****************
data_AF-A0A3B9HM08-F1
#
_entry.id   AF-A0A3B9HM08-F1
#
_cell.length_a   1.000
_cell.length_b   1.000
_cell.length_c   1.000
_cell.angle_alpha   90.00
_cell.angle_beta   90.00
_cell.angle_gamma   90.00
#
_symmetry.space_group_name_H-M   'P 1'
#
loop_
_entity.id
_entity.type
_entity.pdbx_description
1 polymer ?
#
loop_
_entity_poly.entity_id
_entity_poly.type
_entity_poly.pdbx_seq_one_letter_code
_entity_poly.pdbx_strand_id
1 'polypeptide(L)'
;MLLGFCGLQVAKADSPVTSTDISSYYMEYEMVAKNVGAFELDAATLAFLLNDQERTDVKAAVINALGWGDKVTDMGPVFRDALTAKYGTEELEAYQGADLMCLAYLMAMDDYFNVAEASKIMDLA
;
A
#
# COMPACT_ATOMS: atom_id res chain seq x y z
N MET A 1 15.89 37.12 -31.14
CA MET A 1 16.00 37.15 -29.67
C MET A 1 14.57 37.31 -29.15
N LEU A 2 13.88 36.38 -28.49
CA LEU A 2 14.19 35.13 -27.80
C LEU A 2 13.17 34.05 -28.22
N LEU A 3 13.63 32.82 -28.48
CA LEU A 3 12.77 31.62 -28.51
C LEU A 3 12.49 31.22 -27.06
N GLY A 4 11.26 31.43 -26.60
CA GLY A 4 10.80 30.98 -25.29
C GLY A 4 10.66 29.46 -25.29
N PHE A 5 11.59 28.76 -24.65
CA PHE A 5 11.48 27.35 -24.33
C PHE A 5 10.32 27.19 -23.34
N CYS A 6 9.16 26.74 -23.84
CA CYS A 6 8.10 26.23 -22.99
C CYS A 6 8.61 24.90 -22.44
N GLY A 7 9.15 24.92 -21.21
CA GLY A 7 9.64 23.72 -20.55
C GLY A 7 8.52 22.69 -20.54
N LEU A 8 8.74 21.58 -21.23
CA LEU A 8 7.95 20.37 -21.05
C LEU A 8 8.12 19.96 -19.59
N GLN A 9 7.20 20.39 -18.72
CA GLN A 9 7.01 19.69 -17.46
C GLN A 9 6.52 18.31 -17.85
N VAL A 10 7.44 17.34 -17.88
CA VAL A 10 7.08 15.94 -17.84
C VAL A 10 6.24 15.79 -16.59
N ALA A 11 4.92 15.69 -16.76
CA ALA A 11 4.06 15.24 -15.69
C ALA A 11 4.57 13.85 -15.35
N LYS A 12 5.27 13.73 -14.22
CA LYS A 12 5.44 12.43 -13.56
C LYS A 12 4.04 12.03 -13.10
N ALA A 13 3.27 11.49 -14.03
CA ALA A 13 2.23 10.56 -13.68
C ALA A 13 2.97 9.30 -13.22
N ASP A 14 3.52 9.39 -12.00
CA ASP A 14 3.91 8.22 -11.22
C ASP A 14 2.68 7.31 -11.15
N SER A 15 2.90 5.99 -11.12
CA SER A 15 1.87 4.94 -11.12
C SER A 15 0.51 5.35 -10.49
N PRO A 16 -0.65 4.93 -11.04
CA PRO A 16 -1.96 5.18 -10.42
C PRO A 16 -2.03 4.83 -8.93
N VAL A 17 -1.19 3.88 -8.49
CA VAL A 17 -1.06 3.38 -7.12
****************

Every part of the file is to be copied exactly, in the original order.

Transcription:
data_AF-A0A3B9HM08-F1
#
_entry.id   AF-A0A3B9HM08-F1
#
_cell.length_a   1.000
_cell.length_b   1.000
_cell.length_c   1.000
_cell.angle_alpha   90.00
_cell.angle_beta   90.00
_cell.angle_gamma   90.00
#
_symmetry.space_group_name_H-M   'P 1'
#
loop_
_entity.id
_entity.type
_entity.pdbx_description
1 polymer ?
#
loop_
_entity_poly.entity_id
_entity_poly.type
_entity_poly.pdbx_seq_one_letter_code
_entity_poly.pdbx_strand_id
1 'polypeptide(L)'
;MLLGFCGLQVAKADSPVTSTDISSYYMEYEMVAKNVGAFELDAATLAFLLNDQERTDVKAAVINALGWGDKVTDMGPVFRDALTAKYGTEELEAYQGADLMCLAYLMAMDDYFNVAEASKIMDLA
;
A
#
# COMPACT_ATOMS: atom_id res chain seq x y z
N MET A 1 15.89 37.12 -31.14
CA MET A 1 16.00 37.15 -29.67
C MET A 1 14.57 37.31 -29.15
N LEU A 2 13.88 36.38 -28.49
CA LEU A 2 14.19 35.13 -27.80
C LEU A 2 13.17 34.05 -28.22
N LEU A 3 13.63 32.82 -28.48
CA LEU A 3 12.77 31.62 -28.51
C LEU A 3 12.49 31.22 -27.06
N GLY A 4 11.26 31.43 -26.60
CA GLY A 4 10.80 30.98 -25.29
C GLY A 4 10.66 29.46 -25.29
N PHE A 5 11.59 28.76 -24.65
CA PHE A 5 11.48 27.35 -24.33
C PHE A 5 10.32 27.19 -23.34
N CYS A 6 9.16 26.74 -23.84
CA CYS A 6 8.10 26.23 -22.99
C CYS A 6 8.61 24.90 -22.44
N GLY A 7 9.15 24.92 -21.21
CA GLY A 7 9.64 23.72 -20.55
C GLY A 7 8.52 22.69 -20.54
N LEU A 8 8.74 21.58 -21.23
CA LEU A 8 7.95 20.37 -21.05
C LEU A 8 8.12 19.96 -19.59
N GLN A 9 7.20 20.39 -18.72
CA GLN A 9 7.01 19.69 -17.46
C GLN A 9 6.52 18.31 -17.85
N VAL A 10 7.44 17.34 -17.88
CA VAL A 10 7.08 15.94 -17.84
C VAL A 10 6.24 15.79 -16.59
N ALA A 11 4.92 15.69 -16.76
CA ALA A 11 4.06 15.24 -15.69
C ALA A 11 4.57 13.85 -15.35
N LYS A 12 5.27 13.73 -14.22
CA LYS A 12 5.44 12.43 -13.56
C LYS A 12 4.04 12.03 -13.10
N ALA A 13 3.27 11.49 -14.03
CA ALA A 13 2.23 10.56 -13.68
C ALA A 13 2.97 9.30 -13.22
N ASP A 14 3.52 9.39 -12.00
CA ASP A 14 3.91 8.22 -11.22
C ASP A 14 2.68 7.31 -11.15
N SER A 15 2.90 5.99 -11.12
CA SER A 15 1.87 4.94 -11.12
C SER A 15 0.51 5.35 -10.49
N PRO A 16 -0.65 4.93 -11.04
CA PRO A 16 -1.96 5.18 -10.42
C PRO A 16 -2.03 4.83 -8.93
N VAL A 17 -1.19 3.88 -8.49
CA VAL A 17 -1.06 3.38 -7.12